This guide is designed to help those who have been asked to, or are thinking about, taking over administration of a research group. Here Lauren Thompson talks you through the benefits and responsibilities of convening a research group, along with a few useful tips.

LPG Plänitz, Planung einer Flurbereinigung

Becoming a convenor

The role of convenor comes with a lot of responsibility but has many advantages to offer the postgraduate researcher. These include:

  • experience in an academic administrative role
  • looks great on your CV
  • the chance to build up close links with the members of the group – often including academics from different career stages, disciplines and institutions

Administrative responsibilities

The jobs required of you will vary from group to group, dependent on such things as the size of the group and how often you meet but here are a few of the most common responsibilities of the group convenor:

  • Communicating vital information to members both electronically and in hard copy
  • Scheduling and planning meetings
  • Writing and distributing the agenda
  • Taking minutes during meetings and distributing them afterwards
  • Dealing with enquiries from outside parties, including potential new members
  • Selecting and distributing readings
  • Photocopying
  • Making tea – it’s not glamorous, but someone’s got to do it! And when have you ever not been grateful for a cuppa?

Taking over

If you are to be administering an already existing group, here is a handover checklist. If you don’t have the following information, try and talk to the previous convenor or group leader.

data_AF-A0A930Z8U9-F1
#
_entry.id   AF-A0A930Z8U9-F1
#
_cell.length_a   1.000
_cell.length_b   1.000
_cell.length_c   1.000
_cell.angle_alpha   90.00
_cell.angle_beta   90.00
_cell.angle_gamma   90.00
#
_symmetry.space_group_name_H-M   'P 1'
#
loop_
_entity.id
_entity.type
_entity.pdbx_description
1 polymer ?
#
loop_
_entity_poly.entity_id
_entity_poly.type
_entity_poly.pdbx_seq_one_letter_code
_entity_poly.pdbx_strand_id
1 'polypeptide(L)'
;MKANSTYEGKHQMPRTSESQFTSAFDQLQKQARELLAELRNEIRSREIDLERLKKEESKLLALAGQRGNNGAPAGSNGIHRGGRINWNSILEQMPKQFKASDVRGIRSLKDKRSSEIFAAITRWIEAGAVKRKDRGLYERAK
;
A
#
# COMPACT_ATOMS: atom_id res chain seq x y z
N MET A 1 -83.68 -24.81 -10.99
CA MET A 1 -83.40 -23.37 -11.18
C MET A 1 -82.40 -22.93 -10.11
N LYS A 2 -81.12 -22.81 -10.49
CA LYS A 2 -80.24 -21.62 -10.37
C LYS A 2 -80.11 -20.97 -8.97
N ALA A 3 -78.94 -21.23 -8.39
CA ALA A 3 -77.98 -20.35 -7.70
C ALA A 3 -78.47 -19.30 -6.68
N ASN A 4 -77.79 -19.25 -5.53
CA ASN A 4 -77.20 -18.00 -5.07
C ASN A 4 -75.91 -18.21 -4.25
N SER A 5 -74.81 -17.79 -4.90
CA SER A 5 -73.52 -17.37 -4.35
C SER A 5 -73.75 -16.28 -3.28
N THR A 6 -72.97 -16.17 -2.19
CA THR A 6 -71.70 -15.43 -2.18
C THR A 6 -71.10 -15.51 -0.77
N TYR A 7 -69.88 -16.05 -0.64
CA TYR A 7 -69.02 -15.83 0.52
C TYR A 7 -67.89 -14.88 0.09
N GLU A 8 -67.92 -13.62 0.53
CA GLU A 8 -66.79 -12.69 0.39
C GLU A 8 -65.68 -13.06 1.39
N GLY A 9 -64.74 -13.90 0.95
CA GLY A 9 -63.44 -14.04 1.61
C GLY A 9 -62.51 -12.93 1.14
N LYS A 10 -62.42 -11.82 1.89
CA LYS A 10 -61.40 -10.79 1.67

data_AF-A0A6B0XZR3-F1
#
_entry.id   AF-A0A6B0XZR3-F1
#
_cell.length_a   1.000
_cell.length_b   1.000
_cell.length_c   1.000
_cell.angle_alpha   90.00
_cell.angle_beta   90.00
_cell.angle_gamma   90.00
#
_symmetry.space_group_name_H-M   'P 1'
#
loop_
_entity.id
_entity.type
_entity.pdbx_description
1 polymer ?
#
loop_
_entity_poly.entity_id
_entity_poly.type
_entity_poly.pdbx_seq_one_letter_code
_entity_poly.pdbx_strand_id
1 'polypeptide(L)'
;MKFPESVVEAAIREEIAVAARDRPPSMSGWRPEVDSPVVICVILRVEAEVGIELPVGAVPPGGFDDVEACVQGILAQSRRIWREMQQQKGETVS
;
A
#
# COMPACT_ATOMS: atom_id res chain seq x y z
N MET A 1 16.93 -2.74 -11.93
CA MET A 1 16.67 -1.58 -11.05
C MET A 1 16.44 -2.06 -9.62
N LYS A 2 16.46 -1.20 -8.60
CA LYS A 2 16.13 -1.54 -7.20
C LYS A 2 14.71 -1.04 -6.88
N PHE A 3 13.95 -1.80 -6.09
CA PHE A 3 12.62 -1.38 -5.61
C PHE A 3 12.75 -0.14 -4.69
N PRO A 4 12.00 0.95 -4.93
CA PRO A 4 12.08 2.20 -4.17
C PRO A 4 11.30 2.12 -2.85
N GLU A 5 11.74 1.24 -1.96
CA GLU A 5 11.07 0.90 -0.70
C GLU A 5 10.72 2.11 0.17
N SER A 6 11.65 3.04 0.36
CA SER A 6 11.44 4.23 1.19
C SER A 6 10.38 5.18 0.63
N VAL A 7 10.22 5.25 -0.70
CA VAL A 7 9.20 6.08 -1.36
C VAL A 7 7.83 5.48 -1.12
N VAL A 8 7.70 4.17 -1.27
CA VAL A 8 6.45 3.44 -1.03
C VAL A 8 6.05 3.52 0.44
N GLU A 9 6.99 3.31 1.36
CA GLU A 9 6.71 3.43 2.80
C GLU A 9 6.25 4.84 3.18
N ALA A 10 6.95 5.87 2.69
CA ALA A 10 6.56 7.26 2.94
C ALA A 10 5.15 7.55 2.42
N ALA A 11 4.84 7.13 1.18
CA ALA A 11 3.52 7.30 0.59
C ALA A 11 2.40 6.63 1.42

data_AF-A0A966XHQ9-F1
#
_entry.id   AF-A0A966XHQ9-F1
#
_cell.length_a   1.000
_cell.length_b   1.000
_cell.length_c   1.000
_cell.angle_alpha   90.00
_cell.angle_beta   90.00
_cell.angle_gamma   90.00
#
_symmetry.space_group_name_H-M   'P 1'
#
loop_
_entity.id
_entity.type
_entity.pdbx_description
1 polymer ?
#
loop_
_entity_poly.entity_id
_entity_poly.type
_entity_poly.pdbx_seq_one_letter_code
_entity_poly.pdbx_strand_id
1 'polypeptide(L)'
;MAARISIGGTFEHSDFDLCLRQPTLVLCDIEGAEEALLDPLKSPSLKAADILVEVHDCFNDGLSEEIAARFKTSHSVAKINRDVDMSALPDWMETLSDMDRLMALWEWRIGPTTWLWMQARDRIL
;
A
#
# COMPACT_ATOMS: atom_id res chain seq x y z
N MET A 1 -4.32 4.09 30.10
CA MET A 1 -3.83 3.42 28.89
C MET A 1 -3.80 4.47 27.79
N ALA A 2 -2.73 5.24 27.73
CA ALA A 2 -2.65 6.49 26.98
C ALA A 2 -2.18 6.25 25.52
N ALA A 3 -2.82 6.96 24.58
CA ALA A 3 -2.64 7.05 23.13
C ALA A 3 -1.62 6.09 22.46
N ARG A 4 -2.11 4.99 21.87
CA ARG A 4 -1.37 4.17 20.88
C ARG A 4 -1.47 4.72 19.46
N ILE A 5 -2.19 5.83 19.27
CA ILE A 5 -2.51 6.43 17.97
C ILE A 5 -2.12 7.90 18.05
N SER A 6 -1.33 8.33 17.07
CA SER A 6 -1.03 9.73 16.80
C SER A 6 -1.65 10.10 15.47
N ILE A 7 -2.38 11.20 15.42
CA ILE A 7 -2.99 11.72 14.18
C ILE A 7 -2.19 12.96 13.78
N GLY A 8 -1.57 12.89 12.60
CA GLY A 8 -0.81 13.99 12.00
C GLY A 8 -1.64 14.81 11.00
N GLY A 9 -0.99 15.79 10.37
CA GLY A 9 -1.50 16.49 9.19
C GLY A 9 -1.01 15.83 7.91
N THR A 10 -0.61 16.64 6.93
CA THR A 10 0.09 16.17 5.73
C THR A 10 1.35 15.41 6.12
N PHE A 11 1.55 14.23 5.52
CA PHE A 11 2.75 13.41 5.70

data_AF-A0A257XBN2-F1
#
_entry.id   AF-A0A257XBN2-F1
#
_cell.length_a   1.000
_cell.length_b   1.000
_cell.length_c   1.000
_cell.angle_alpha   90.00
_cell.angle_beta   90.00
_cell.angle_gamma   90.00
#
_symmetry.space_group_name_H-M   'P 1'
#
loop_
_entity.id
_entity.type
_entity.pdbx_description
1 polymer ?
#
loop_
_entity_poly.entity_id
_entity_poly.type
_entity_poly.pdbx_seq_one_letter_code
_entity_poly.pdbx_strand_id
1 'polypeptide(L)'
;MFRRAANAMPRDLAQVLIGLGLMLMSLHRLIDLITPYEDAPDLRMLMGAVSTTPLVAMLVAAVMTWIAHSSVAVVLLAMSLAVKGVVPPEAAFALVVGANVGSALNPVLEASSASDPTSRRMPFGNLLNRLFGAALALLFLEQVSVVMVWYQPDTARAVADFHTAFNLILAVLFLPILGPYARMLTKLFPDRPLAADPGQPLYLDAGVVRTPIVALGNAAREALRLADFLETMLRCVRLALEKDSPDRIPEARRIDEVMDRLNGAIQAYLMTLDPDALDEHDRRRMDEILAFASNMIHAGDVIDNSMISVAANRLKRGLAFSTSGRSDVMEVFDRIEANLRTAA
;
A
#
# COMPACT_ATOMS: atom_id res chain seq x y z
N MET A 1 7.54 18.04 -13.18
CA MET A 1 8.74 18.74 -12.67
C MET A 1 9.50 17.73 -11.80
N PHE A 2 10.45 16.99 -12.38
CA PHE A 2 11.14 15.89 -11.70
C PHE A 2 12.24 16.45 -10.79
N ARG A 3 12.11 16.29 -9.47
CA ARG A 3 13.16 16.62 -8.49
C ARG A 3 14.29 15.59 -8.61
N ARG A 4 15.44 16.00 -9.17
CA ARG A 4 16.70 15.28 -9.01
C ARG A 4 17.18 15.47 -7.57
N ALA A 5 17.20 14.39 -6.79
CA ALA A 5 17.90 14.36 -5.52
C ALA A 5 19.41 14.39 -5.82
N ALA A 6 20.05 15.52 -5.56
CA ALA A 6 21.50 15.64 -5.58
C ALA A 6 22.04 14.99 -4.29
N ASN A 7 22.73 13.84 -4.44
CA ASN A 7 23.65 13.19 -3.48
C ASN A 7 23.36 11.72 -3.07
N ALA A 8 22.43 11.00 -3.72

• A list of group members – preferably, this should include their email addresses, postal addresses and telephone numbers.
  • Information on meeting timetables – how often does the group usually meet? At what time? Where? Do these times vary or are they fixed?
  • Current research – does the group have any projects on the go? What has the group read recently?
  • Budget for expenses – such as photocopying, stamps, refreshments – does the group have one and how much is it? How do you access it?

Communicating electronically

Much communication is done electronically these days. This is great in terms of time management and resources, but can present a real headache too. Here are some tools to aid the smooth running of your group:

Email management

  • Set up a unique folder in your inbox for group related correspondence, and send all relevant emails there.
  • Create a shared email list, so that all members can communicate instantly with one another.
  • Google Groups is one of the most popular and user friendly ways to do this. They also offer several detailed guides on how to use the service. Perfect for technophobes and technophiles alike!

Email etiquette

While it is a wonder of modern communication, email can also be a potential minefield of manners.

  • Check that your members are happy to be contacted in this manner.
  • Avoid bombarding members with numerous emails – try and remember all the points you want to make and organise them into one email.
  • Use bullet points or a numbered list if you are worried about getting every point across.
  • If you are sending an attachment, double check that you’ve attached it before sending.
  • Be polite, warm and friendly. There is generally no need to be overly formal – you do know these people after all!

Dropbox

A shared folder on a service like Dropbox is an easy and accessible way to share documents and folders with members of your group. Use it to share readings, agendas, minutes, which your members can access from any computer. Members can also then upload their own files into the folder – ideal for sharing recently published articles. As with emails, keeping your Dropbox organised is key – use subfolders for different categories.

Agenda setting

An agenda sets out chronologically the order of business for the meeting in a numbered list. You may devise this yourself or in consultation with the group leader. Make sure you include all the things that will be discussed at the meeting for example, set reading, presentation by a group member, discussion of the group’s current project. Start with the most important items then work down. Finish with A.O.B. – any other business.

Image German Federal Archives, Wikicommons